Latest California Healthline Stories
Fatalities are climbing in states that have been flooded by the deadly opioid fentanyl, but are remaining flat — or even falling — in many Western states, where it has not yet overwhelmed the drug supply.
Churches that offer marijuana as a sacrament are popping up across California and the U.S., vexing state and local officials who say they’re simply pot shops in disguise.
Laws in California and most other states allow pharmacists to provide naloxone to patients or their friends without a doctor’s prescription. But many don’t do so, citing lack of demand and awareness among patients, their own fears of insufficient compensation and the challenges of treating opioid users.
Dental hygienists who treat frail and elderly residents in nursing homes and other facilities are dropping out of California’s publicly funded dental program for the poor because of recent changes that cut their pay and create more administrative hurdles.
Complaints are rising in California and other states about improper evictions and discharges. Advocates say some patients end up in cheap hotels, homeless or back in the hospital.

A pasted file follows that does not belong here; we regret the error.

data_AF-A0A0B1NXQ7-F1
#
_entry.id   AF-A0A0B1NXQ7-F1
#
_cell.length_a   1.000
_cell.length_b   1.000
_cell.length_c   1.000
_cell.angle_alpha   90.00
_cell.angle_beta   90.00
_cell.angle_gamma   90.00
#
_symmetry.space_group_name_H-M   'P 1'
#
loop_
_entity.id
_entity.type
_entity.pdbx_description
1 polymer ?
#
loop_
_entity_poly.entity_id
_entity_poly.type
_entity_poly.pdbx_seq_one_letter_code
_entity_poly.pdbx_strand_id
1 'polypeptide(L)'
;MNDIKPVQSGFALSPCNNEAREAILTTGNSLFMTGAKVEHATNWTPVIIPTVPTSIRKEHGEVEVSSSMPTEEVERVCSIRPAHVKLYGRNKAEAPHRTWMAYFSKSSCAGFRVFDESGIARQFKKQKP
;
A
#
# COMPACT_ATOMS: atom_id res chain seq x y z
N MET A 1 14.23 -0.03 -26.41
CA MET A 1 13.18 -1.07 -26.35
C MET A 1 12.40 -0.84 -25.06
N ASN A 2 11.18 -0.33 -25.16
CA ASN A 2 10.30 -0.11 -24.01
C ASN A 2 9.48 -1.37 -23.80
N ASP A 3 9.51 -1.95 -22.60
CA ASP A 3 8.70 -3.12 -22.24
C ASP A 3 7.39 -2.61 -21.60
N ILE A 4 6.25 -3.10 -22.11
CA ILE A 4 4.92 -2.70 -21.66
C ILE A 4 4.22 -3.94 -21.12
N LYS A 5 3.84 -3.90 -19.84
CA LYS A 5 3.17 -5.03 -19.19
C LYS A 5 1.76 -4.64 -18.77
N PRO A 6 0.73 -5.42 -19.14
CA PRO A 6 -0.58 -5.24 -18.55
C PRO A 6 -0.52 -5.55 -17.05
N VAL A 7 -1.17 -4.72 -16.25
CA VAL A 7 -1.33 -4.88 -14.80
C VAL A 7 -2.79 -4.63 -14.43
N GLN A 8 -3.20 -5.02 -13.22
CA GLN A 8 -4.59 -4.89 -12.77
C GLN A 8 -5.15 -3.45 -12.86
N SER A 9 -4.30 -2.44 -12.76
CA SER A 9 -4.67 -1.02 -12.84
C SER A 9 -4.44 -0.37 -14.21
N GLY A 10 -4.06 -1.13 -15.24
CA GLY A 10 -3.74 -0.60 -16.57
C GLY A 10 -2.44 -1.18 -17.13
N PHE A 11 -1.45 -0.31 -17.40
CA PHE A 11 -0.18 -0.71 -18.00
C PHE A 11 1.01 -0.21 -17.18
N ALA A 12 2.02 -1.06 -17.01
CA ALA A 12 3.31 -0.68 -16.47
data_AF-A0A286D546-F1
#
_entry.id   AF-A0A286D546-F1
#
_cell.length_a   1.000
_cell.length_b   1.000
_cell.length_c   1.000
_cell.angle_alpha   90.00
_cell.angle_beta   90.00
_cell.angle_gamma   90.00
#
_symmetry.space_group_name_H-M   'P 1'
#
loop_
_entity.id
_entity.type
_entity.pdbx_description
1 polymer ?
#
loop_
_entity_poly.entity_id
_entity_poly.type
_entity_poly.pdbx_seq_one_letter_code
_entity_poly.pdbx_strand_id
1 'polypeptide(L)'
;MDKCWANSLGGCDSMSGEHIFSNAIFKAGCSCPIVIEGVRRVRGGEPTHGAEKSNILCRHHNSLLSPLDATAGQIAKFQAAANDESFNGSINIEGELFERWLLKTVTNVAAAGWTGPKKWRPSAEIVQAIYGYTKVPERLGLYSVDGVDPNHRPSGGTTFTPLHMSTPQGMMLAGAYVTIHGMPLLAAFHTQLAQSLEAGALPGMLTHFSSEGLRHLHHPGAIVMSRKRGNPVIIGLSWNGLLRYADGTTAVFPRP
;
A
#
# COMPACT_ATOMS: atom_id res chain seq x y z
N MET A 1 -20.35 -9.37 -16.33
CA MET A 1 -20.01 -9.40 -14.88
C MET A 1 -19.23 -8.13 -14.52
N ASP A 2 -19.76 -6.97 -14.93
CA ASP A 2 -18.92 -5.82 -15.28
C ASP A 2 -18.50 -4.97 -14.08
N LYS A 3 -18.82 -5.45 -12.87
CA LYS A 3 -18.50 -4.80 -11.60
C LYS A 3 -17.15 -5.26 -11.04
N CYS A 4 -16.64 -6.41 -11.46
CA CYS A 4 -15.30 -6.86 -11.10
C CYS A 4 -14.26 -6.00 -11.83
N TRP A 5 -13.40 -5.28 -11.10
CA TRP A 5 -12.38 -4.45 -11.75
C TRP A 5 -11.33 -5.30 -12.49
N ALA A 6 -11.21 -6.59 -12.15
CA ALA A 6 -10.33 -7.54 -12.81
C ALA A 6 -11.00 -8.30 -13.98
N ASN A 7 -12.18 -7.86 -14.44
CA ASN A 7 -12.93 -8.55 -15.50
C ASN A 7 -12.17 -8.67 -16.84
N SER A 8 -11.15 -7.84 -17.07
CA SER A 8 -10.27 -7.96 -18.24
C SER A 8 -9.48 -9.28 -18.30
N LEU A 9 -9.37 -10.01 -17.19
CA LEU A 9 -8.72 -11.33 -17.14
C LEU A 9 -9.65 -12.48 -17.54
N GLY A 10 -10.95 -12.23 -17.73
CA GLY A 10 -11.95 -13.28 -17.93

Consumers in the 39 states served by the federally-run health insurance exchange face a Friday deadline to sign up for Affordable Care Act health plans, but Californians have until Jan. 31 to enroll.
The increase has been largely driven by the cost of specialty drugs. The agency, which provides health coverage for 1.4 million people, will address cost containment at a meeting Tuesday and at a panel discussion in January.
Researchers estimate that 25 percent of people ages 65 to 69 take at least five prescription drugs to treat chronic conditions. But some doctors are trying to teach others about “deprescribing” or systematically discontinuing medicines that are inappropriate, duplicative or unnecessary.
In Texas, the uninsured rate among Vietnamese residents is nearly double the national rate of 7.7 percent. By comparison, California’s rate is far lower, at 4.2 percent.
The sticking point is not whether to keep the popular Children’s Health Insurance Program running but how best to raise the cash. California, which leads the nation in CHIP enrollment, will run out of money within weeks.